DETROIT - If there was a script that automakers were supposed to follow for UAW contract talks, Chrysler seems to have overlooked it.
As negotiations continued Monday at Chrysler LLC's Auburn Hills headquarters, the United Auto Workers set a deadline of Wednesday morning to agree on a new contract or else workers could strike.
The deadline may be a tactic the union is using to squeeze some more concessions from the company. But it also may be that Chrysler isn't just going to agree to the same terms that General Motors Corp. did last week just because that's how it's traditionally done.
Chrysler's needs are different from GM's requirements, analysts said, so a deal requires cost cuts in different places.
The union may have set the strike deadline for its 49,000 hourly workers because of how far Chrysler bargainers want to go in demanding cost cuts.
'We think that they may be holding out for something more than GM got,' said Aaron Bragman, an industry analyst for the consulting firm Global Insight.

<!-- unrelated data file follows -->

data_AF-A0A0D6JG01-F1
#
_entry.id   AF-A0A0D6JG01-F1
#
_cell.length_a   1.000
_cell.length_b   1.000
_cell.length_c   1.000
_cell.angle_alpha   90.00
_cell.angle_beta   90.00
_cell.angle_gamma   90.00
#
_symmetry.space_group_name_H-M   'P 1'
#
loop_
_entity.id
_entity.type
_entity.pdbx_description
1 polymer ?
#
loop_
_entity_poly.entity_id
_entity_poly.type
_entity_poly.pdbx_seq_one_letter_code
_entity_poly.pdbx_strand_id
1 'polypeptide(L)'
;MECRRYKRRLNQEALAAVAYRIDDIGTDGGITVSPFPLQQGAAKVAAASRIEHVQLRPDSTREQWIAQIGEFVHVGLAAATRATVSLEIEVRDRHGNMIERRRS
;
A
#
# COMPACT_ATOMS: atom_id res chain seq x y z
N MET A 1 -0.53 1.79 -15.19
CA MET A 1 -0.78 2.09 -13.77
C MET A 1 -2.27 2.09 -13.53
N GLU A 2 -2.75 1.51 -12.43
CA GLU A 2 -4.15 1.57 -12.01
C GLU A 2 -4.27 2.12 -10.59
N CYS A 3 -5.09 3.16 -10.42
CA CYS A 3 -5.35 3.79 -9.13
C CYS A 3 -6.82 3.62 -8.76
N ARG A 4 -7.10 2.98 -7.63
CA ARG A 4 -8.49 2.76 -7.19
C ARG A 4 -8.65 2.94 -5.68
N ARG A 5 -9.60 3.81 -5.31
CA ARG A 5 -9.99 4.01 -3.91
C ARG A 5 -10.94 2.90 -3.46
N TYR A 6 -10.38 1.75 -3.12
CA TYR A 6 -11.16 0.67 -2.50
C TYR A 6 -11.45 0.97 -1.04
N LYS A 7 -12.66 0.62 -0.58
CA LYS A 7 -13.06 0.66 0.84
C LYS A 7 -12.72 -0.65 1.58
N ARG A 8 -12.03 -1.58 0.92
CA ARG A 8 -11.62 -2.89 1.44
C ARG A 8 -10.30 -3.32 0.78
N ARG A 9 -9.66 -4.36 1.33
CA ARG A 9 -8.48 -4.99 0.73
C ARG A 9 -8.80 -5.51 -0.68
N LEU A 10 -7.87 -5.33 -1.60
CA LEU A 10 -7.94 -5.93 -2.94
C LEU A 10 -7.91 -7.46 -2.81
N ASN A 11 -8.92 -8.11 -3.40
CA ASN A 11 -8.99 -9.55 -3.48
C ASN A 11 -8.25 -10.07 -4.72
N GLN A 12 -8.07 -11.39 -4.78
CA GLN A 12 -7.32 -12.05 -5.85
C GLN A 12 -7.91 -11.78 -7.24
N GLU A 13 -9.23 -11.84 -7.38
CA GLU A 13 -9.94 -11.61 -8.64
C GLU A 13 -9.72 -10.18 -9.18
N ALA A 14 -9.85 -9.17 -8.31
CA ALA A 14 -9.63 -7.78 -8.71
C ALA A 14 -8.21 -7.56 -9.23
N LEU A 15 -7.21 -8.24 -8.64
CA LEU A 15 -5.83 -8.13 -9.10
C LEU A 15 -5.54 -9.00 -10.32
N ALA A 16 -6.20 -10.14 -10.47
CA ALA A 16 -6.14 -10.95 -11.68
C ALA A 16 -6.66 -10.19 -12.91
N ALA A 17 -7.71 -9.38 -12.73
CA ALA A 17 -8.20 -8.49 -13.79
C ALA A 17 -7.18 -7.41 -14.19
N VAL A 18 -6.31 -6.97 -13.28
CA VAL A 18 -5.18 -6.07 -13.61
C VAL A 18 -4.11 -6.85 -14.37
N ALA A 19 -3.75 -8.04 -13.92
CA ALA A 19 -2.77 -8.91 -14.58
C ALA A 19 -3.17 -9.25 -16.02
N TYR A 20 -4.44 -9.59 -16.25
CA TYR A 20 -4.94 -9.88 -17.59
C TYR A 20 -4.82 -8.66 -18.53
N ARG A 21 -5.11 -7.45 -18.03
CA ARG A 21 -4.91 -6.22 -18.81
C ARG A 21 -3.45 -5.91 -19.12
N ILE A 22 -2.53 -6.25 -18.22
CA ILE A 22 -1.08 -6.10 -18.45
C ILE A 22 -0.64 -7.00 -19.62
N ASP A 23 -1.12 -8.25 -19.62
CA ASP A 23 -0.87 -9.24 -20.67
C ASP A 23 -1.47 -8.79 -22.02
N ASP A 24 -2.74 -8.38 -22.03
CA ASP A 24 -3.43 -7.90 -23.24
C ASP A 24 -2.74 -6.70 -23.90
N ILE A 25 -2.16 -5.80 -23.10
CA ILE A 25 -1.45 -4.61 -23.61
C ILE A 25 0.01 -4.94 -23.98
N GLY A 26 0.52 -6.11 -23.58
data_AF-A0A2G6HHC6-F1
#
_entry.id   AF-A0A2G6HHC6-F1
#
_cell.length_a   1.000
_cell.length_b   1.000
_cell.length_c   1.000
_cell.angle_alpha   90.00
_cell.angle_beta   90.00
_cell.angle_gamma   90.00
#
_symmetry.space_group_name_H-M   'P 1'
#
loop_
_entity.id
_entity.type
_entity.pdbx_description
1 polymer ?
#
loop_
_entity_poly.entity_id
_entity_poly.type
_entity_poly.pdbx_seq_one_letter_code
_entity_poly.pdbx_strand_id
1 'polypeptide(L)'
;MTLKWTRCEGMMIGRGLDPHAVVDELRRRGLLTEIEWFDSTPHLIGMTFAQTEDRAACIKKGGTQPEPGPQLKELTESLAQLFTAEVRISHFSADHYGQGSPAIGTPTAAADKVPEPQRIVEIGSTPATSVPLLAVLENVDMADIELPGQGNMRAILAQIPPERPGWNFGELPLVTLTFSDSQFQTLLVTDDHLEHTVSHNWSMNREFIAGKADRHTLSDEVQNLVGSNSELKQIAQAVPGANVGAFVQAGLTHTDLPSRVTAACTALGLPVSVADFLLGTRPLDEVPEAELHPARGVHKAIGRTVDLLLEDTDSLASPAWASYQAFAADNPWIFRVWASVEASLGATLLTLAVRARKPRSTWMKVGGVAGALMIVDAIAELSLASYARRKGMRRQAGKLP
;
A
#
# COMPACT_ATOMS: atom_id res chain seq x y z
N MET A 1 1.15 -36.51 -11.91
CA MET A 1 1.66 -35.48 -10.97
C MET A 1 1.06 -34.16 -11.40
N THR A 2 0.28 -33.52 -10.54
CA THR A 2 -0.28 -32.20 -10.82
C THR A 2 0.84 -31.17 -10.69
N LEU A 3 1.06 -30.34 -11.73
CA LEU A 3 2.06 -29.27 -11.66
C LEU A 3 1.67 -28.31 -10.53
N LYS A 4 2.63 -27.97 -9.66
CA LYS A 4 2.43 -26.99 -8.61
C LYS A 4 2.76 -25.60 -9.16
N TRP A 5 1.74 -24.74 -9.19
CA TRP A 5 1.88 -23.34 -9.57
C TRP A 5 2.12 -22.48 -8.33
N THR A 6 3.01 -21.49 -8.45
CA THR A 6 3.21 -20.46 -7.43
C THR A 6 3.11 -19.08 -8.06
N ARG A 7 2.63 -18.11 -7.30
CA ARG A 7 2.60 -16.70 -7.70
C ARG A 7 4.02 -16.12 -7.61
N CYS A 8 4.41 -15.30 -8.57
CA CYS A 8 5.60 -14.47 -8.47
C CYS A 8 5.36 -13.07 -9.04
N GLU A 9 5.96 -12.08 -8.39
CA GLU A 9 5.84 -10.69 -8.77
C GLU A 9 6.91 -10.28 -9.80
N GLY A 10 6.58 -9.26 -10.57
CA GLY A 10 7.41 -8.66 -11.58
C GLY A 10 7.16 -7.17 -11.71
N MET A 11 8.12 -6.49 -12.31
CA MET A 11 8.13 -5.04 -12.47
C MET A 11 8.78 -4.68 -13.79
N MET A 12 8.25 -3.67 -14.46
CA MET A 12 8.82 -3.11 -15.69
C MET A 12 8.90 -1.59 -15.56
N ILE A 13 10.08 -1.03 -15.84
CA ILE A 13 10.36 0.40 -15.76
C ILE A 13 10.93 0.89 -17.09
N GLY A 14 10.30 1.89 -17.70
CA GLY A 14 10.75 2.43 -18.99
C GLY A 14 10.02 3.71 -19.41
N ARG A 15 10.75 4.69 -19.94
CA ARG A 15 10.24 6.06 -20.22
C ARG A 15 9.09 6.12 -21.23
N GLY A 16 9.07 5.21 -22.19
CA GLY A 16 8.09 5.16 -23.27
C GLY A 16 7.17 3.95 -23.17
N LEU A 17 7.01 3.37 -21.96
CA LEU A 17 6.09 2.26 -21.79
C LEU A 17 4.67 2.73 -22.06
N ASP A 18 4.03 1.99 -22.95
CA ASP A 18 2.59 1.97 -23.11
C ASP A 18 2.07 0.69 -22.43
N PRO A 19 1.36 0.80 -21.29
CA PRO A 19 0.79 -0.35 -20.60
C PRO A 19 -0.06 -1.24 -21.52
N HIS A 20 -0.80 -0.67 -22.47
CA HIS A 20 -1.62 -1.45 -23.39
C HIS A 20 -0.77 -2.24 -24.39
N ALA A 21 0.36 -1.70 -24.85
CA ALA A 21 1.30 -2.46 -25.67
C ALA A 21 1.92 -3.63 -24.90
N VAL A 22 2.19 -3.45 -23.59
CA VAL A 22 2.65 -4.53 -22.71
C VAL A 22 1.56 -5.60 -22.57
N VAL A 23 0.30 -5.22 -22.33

The UAW went on strike for nearly two days last month before coming to a tentative agreement with GM on Sept. 26. Workers with the nation's largest automaker are expected to wrap up voting on the agreement by Wednesday.
The union normally settles with one U.S. automaker and then uses that deal as a pattern for an agreement with the other two.
Among the differences this time, analysts say, are health care givebacks granted to GM and Ford Motor Co. in 2005 that Chrysler didn't get, worth approximately $340 million a year.
A person briefed on the negotiations said the two sides have not agreed on giving the same deal to Chrysler. The person requested anonymity because the talks are private.
Higher health care costs are one big reason why Chrysler pays its workers an average of $75.86 per hour in wages, pension and health care costs, the highest among the Detroit automakers.
Several analysts also said the company and union likely are apart on setting up a Chrysler-funded union-run trust that would take on the company's roughly $18 billion in retiree health care costs. Unlike GM, Chrysler also may be against giving specific job security promises by guaranteeing new cars and trucks will be built at U.S. factories, and it wants to hire out parts transportation rather than pay full UAW wages for it, the analysts said.